At Christmas time there is nothing better than the whole family sitting around eating the Christmas dinner but often dog owners will dump all the leftover food in their dog’s bowl which is not a healthy way to share the festive meal. It is important to know which elements of the Christmas dinner can be dangerous for their canine companion.

Do not give them stuffing
Stuffing contains onions and often garlic. Onions cause a form of anaemia and should not be fed to dogs. Garlic has similar effects but is much less potent so a tiny amount used for flavoring is OK. Cats appear to be more sensitive than dogs, but both species can be seriously affected.

DO give them turkey
Turkey meat without the skin is low in fat. But remove the dogs portion before adding any butter, cheese, onions sugar or any other “do not eat” foods.
Avoid giving them normal gravy and replace with a low-salt bouillon or stock from the giblets to any turkey scraps for the dog’s dinner.

DON’T give them fat
High fat foods like turkey skin, goose fat, gravy, bacon and sausages should be avoided. Too much fat can cause pancreatitis, inflammation of the dog’s pancreas, which can be fatal or have long-term consequences.

DON’T give them bones
Turkey bones are brittle and have sharp ends when they break. They can cause problems for our pets as they can be easily swallowed. Bones can perforate the oesophagus, stomach or intestines and cause blockages along the digestive tract.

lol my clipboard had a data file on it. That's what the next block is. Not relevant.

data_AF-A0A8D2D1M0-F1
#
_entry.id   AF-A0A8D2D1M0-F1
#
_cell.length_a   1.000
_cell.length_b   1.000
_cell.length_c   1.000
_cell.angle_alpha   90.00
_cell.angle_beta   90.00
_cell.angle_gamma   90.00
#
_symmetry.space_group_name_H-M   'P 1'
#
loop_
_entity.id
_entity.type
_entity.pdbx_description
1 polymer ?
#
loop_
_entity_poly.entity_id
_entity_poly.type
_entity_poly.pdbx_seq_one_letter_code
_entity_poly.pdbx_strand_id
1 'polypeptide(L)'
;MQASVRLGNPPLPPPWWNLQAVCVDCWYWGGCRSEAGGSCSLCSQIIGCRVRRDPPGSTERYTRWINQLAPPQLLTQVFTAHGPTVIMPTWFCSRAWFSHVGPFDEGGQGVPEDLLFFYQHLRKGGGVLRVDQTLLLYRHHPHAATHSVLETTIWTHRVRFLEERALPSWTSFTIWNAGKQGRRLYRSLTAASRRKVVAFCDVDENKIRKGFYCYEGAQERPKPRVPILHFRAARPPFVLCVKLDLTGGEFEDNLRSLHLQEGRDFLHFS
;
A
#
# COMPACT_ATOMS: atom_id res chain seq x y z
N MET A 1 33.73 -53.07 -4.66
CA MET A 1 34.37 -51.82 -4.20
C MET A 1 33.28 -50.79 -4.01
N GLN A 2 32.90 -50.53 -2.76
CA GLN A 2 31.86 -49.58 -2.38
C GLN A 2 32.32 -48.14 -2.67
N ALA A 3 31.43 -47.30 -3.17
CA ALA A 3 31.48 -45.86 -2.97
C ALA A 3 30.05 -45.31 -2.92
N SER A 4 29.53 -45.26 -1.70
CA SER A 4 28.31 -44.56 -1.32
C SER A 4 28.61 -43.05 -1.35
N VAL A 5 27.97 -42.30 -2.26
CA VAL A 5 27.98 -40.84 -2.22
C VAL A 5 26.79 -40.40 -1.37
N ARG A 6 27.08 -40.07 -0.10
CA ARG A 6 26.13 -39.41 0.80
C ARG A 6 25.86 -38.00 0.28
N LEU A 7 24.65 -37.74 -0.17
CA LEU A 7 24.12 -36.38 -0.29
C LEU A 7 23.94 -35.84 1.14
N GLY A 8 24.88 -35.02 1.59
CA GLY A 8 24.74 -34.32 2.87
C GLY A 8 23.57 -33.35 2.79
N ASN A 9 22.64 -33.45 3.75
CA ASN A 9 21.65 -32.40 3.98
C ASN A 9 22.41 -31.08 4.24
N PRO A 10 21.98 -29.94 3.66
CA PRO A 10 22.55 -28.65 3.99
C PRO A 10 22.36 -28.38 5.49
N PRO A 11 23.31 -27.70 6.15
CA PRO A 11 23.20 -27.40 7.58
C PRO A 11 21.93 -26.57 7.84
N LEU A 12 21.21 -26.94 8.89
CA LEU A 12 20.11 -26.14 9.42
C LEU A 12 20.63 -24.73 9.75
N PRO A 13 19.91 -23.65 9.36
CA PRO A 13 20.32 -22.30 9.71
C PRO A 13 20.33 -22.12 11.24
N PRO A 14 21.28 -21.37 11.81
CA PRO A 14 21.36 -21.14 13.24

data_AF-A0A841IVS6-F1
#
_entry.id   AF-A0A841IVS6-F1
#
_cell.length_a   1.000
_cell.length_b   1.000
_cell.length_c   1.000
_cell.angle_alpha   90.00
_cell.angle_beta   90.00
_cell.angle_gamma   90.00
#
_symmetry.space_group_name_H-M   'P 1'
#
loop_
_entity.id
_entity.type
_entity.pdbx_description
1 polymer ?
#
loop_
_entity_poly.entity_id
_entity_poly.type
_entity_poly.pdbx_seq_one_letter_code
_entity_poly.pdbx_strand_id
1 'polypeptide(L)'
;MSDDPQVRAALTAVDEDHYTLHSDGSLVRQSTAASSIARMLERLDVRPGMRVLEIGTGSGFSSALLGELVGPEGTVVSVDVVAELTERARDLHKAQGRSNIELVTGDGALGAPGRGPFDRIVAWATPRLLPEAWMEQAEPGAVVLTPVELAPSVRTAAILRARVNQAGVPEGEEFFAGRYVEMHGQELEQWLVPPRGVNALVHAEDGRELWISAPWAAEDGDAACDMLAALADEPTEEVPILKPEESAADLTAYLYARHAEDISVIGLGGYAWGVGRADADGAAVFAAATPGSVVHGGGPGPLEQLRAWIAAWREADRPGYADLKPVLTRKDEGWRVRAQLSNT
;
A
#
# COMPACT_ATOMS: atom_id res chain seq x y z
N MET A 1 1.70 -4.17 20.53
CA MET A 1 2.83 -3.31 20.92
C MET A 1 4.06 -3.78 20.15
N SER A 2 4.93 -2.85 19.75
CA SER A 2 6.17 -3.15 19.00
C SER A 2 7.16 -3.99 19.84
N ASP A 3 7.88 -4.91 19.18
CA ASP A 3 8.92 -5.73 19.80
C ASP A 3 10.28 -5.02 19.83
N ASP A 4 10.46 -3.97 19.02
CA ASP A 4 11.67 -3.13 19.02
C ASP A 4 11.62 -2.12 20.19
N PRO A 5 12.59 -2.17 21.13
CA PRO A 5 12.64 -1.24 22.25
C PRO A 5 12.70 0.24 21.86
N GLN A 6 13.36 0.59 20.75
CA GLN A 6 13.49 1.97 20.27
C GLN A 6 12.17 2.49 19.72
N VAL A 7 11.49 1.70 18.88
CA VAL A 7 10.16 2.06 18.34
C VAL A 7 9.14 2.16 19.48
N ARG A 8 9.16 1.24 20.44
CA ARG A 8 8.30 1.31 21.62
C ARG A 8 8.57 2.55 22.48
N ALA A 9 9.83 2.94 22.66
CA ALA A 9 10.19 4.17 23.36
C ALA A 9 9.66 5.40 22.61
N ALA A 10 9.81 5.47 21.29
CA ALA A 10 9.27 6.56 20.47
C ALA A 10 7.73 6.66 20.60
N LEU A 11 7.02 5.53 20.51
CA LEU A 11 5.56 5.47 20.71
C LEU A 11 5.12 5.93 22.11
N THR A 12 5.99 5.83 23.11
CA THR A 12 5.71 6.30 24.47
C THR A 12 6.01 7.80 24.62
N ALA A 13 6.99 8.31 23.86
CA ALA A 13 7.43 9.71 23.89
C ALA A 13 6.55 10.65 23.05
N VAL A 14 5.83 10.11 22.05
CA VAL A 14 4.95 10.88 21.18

DO give them fruit
Cranberry sauce can be shared with your dog but be aware that it contains a lot of sugar. Instead of a Christmas pudding, core an apple. Many dogs love apples but make sure to cut out the core as apple seeds are toxic to dogs. Apple slices can make a great healthy alternative to biscuits.

DO give them winter vegetables
Potatoes, Brussel sprouts, sweet potatoes, green beans and parsnips are excellent safe food choices for your dog as well. If you are giving them leftovers, be sure to rinse off any excess butter or oil before giving to your pet. Treat your dog to some mashed potato by making it with a bit of low-fat yoghurt.

DO give them tinned or cooked salmon
Salmon is high in protein and omega-3 fatty acids, and can support a dog’s immune system as well as being beneficial for allergies and adding shine to your dog’s coat.
Choose tinned or cooked salmon.
Never feed smoked salmon to your dog. As smoked salmon is cured, it can contain a parasite which can cause problems for dogs but the likelihood of your dog becoming ill from smoked salmon is very slim.

DON’T give them chocolate
Chocolate contains a chemical called theobromine, which dogs can’t metabolise as well as humans. It accumulates in dogs’ bodies and becomes toxic or even fatal.

DON’T give them raisins
Raisins can cause canine kidney failure so keep your dog away from Christmas pudding, cake and mince pies.
Swap grapes and raisins for blueberries and dried cranberries.

DON’T give them nuts
Whilst a little bit of peanut butter is fine for dogs, macadamia or walnuts can be toxic.

We hope you and your lovely pets can have a wonderful Christmas!